What surprised the researches was that when a picture of a out-group monkey was paired with a good thing, the monkey would look at it longer. This is because like humans, monkeys view in-group monkeys as positive and out-group monkeys as negative.
These results imply that the ability to distinguish between “us” and “them” may be at least 25 million years old, when humans and Rhesus monkeys shared a common ancestor.
Fortunately, in the relatively recent years of human existence, humans have become more aware of negative prejudice, and have been starting to change their views. Some humans even have a laugh about it.
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A recent study in the journal Science, found that a parasite and a virus are teaming up to increase its ability to harm humans. 
Viral infections appear red in this photo of the parasite Leishmania; the parasites’ nuclei are blue. New evidence published in Science this week suggests that these infections may help Leishmania cause more harm when it infects animal and human hosts. (Credit: Nicolas Fasel, PhD, Univ. of Lausanne in Switzerland)
An infection, known as leishmaniasis, is caused by the parasite Leishmani. This disease is mainly spread by sand fly bites.Symptoms of this infection are, large skin lesions, fever, swelling of the spleen and liver, and, in more serious forms of the disease, disfigurement and death. According to the article, this disease affects over 12 million people worldwide. The article can be found here.
The virus infects hosts by a Trojan Horse technique. “The strategy of the “Trojan horse” as a mechanism of pathogenicity of intracellular microorganisms is, to avoid the immune system and its memory function cleverly, with phagocytosis of infected and apoptotic neutrophils by macrophages, employing the non-danger surface signals of apoptotic cells.” From Wikipedia.
How the virus is increasing the pathogenicity is a fascinating question for researches right now. It may open up new opportunities for finding its cure.
This is the first time I have ever heard of this disease. Although this disease seems very serious, and will never deter me from enjoying the sunny beaches of Central and Southern America.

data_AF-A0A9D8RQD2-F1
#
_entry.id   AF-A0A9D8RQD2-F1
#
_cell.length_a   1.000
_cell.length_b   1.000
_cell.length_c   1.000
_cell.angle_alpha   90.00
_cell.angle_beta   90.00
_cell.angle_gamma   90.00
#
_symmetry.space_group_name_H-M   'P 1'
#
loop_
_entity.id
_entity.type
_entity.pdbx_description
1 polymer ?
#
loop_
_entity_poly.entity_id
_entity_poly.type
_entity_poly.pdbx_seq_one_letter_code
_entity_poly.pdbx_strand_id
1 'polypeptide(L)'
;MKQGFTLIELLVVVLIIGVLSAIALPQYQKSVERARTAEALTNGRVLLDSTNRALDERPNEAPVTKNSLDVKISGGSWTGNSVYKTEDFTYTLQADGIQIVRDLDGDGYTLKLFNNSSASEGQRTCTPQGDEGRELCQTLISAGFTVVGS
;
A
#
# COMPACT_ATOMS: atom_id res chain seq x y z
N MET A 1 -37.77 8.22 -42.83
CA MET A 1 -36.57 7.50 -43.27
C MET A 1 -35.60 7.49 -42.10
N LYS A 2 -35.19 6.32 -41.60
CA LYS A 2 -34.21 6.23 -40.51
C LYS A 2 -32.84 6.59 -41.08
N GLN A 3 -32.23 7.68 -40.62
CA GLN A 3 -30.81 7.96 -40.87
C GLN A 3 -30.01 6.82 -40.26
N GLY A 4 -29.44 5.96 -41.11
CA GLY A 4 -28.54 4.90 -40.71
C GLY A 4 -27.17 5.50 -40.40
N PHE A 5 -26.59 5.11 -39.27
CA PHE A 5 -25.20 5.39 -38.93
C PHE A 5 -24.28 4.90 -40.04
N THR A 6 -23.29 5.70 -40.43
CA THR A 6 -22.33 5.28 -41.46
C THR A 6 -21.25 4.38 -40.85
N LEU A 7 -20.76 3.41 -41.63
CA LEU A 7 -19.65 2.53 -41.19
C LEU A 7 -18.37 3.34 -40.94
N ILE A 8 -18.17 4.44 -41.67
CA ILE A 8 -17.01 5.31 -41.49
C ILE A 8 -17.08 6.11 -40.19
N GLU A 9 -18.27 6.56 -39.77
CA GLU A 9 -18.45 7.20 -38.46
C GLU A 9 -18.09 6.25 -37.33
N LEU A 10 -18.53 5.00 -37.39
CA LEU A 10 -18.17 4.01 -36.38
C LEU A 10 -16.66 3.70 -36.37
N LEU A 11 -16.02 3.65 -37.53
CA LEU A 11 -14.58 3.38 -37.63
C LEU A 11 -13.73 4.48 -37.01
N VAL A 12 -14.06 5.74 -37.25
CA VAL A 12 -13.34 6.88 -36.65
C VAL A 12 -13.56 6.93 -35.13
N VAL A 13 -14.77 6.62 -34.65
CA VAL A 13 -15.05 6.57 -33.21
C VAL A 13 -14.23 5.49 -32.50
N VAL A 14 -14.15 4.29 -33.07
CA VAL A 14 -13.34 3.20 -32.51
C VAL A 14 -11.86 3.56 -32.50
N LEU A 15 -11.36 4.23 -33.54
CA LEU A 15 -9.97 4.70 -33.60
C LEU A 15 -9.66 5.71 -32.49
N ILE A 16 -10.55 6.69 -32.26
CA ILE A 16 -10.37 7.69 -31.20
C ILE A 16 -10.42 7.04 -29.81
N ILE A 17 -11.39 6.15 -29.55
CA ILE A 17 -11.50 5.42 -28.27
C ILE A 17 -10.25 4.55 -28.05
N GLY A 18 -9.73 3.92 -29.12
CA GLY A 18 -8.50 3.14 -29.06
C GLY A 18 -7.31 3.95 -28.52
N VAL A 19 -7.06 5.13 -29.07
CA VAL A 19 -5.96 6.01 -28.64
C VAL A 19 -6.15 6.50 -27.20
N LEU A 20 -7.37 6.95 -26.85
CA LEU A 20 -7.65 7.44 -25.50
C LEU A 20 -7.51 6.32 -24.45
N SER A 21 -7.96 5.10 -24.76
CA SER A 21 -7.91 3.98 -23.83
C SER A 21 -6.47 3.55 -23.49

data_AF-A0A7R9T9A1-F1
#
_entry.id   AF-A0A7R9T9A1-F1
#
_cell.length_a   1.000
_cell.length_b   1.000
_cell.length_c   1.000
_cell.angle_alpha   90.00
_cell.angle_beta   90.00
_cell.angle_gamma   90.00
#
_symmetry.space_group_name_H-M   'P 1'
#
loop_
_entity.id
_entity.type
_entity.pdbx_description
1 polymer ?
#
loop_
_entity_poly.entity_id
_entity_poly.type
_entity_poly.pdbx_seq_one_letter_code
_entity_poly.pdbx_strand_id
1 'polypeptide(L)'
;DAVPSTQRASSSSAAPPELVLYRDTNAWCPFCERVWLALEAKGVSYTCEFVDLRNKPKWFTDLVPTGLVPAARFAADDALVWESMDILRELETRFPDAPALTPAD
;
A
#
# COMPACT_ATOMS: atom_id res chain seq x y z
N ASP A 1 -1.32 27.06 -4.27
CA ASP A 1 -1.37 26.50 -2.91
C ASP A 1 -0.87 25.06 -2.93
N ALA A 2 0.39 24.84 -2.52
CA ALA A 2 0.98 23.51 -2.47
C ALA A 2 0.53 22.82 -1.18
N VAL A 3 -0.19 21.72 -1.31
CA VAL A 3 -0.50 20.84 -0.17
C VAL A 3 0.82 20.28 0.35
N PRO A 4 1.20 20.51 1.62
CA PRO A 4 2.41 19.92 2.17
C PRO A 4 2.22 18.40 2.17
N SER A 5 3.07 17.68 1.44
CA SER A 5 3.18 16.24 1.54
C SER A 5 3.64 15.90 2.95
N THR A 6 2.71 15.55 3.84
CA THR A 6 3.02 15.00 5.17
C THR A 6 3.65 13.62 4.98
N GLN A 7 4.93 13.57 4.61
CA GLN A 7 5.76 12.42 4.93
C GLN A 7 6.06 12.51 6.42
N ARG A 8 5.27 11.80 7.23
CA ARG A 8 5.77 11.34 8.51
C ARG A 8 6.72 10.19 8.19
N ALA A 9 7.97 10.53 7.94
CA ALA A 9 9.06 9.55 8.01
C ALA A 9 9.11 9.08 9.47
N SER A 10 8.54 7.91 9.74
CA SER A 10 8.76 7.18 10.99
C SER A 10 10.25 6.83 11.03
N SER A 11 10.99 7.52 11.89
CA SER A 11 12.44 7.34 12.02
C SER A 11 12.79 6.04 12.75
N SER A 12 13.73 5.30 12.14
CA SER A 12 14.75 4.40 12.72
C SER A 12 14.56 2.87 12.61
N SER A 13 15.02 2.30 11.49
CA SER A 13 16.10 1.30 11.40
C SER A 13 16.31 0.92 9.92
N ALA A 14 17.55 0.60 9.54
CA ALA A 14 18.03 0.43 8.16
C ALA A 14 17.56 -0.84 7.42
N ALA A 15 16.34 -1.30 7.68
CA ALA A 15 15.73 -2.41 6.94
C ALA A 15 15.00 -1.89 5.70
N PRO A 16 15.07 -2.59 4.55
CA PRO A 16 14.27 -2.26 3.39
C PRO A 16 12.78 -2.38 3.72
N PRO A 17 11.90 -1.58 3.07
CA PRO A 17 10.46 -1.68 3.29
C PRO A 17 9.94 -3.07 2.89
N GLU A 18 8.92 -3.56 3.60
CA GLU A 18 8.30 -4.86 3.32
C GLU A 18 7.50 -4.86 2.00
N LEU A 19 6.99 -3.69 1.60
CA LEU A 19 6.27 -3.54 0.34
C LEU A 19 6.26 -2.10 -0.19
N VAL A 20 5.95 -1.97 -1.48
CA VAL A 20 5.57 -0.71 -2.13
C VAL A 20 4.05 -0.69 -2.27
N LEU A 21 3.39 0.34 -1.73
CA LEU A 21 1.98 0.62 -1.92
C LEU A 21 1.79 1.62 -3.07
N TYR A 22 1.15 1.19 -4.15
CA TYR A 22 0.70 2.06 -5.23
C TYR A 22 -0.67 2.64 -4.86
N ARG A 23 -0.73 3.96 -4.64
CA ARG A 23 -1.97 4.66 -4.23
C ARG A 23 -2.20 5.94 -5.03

A. Ives, C. Ronet, F. Prevel, G. Ruzzante, S. Fuertes-Marraco, F. Schutz, H. Zangger, M. Revaz-Breton, L.-F. Lye, S. M. Hickerson, S. M. Beverley, H. Acha-Orbea, P. Launois, N. Fasel, S. Masina. Leishmania RNA Virus Controls the Severity of Mucocutaneous Leishmaniasis. Science, 2011; 331 (6018): 775 DOI:10.1126/science.1199326
Posted onJanuary 28, 2011|Comments Off on Preverbal Infants Show Social Dominance
Here is an interesting study about infants and how they develop social dominance. Five studies were done with 144 infant participants showing that 10 to 13-month-old use relative size to predict the outcome of a dominance contests. This correlation of social dominance and relative size is found almost universally with human cultures and with the animal kingdom.
“”Traditional kings and chieftains sit on large, elevated thrones and wear elaborate crowns or robes that make them look bigger than they really are, and subordinates often bow or kneel to show respect to superior humans and gods,” says Thomsen, a research fellow in Harvard’s Department of Psychology.” -from Science Daily–
The methods of the study were complicated as infants can’t just tell you what they are thinking. So they basically observed the infants reactions to different visual situations.
“The researchers showed infants videos depicting a large and a small block with eyes and mouth bouncing across a stage in opposite directions. Next, infants watched the two blocks meet in the middle, impeding one another’s progress. They then saw either the large or the small block bow and step aside, deferring to the other.” -from Science Daily–
On another Note:
This study also makes me think of how we chose our mates. Females usually want a man who is bigger than them, and males want a female who is smaller. I know as I grew up that my Dad was definitely the dominant one in the family, larger than my mother, and he set the rules and enforced them.